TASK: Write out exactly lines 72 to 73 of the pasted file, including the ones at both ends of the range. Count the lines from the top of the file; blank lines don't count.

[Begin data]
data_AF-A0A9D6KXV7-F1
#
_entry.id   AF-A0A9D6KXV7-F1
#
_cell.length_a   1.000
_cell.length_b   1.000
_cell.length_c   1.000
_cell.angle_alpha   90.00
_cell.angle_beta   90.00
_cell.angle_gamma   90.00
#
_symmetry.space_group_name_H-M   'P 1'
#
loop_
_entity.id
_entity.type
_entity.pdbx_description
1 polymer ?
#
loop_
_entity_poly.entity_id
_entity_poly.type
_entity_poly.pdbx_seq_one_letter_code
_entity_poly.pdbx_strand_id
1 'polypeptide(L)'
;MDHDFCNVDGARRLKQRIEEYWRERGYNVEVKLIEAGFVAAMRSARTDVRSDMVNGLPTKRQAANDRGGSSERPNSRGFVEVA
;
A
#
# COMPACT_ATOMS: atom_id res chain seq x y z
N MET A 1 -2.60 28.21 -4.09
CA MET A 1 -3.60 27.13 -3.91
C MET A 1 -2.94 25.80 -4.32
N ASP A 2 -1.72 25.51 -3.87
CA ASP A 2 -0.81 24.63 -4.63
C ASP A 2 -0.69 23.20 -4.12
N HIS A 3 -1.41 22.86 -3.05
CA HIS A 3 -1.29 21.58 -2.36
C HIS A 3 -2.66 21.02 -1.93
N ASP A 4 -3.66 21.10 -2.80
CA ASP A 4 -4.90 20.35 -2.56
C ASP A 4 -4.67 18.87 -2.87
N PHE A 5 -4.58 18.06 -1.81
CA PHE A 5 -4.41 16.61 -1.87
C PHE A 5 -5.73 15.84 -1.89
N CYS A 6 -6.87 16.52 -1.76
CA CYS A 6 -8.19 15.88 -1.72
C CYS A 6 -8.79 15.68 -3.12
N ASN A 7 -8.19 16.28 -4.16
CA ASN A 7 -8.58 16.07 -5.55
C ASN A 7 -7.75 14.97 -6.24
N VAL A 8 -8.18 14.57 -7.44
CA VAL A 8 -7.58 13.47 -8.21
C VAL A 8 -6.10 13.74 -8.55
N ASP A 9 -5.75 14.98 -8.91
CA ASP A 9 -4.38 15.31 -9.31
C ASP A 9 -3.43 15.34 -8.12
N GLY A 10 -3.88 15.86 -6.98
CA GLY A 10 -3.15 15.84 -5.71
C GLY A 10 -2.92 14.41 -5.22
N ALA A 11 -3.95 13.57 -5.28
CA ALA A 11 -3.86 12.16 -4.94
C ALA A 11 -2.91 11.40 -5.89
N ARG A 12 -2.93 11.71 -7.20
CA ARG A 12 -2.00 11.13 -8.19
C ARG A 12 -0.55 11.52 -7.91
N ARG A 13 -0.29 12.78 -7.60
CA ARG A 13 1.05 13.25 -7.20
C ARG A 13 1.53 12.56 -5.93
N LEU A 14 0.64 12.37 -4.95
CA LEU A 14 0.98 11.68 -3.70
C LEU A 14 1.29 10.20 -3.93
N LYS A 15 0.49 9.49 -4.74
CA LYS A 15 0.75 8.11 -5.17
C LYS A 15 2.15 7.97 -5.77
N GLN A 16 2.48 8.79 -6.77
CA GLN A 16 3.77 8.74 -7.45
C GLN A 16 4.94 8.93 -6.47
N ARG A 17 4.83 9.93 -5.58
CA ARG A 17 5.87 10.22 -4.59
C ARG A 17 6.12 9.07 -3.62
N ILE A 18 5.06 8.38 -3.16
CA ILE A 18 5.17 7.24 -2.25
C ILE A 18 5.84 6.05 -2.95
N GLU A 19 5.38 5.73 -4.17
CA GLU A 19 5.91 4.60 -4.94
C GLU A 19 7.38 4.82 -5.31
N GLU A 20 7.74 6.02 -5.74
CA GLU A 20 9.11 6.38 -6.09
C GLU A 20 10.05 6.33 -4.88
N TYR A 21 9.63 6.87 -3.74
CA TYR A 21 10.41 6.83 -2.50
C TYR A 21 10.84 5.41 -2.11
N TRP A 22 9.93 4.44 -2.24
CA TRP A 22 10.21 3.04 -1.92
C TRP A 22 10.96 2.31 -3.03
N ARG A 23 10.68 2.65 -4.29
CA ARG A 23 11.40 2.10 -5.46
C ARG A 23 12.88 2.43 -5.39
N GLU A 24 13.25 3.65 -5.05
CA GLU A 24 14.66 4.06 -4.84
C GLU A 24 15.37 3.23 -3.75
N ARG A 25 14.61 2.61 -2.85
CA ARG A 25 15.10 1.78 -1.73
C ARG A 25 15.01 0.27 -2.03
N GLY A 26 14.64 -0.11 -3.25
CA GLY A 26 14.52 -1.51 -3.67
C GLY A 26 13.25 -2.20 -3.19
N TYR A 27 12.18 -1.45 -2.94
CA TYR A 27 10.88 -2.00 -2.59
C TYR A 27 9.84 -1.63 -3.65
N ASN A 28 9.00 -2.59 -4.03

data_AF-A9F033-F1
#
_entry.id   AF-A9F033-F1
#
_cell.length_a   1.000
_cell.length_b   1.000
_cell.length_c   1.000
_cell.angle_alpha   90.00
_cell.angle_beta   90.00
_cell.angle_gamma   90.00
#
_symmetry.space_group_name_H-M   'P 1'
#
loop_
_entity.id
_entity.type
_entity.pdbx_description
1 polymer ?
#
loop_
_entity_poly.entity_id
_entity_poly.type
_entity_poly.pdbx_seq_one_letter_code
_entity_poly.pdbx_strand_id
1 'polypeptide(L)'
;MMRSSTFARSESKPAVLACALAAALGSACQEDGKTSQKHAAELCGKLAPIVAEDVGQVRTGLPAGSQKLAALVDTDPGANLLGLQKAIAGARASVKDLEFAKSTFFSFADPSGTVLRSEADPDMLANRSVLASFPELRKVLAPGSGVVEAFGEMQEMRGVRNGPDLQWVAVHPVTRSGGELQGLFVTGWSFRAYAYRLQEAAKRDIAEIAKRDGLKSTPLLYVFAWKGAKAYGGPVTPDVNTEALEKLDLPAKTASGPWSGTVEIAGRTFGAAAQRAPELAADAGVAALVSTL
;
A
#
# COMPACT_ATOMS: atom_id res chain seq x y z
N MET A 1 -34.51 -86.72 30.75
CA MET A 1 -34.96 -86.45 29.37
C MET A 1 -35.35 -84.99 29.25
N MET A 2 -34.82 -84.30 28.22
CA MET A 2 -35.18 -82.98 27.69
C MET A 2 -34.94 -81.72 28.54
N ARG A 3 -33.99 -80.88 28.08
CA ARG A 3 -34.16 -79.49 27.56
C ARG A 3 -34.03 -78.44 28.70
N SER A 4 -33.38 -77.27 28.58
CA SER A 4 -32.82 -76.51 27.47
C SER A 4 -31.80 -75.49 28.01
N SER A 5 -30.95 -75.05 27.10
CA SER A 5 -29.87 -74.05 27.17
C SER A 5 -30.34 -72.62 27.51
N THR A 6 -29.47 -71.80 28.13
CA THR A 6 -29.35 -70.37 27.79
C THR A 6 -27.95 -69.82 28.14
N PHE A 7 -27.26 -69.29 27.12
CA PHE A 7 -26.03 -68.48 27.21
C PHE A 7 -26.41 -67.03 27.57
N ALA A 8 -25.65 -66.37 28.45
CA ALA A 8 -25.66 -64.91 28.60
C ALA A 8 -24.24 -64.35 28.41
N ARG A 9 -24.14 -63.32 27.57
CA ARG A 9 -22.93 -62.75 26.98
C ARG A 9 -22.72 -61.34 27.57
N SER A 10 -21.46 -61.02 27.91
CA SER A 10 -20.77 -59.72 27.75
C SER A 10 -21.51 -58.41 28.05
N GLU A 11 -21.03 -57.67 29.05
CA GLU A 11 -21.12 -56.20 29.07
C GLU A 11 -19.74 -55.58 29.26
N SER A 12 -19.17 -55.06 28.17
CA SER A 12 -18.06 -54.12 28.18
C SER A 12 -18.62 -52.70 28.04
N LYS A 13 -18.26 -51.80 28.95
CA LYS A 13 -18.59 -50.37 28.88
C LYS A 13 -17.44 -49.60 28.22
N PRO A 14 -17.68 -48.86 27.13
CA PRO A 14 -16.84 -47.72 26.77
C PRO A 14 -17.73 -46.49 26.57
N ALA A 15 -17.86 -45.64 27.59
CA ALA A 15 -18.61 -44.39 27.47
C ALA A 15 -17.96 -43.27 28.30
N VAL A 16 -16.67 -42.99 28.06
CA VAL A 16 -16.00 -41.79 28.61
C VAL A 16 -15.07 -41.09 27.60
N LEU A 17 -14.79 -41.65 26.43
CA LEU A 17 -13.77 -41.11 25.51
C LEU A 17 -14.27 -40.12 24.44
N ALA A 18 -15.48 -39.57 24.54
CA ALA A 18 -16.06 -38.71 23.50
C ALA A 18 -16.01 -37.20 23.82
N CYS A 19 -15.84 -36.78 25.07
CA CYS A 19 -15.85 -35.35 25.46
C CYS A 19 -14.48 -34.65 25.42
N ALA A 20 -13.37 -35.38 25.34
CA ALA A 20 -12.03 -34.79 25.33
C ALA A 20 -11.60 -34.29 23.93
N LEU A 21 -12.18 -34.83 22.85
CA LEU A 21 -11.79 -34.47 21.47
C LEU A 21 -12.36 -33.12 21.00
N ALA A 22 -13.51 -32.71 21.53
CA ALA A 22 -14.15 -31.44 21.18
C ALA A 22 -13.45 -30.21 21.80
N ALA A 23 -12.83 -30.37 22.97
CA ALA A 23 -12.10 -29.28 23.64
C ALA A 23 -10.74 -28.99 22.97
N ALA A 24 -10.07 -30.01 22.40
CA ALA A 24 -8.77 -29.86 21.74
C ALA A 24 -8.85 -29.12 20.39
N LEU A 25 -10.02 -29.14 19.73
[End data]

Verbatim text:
C LEU A 14 1.29 10.20 -3.93
N LYS A 15 0.49 9.49 -4.74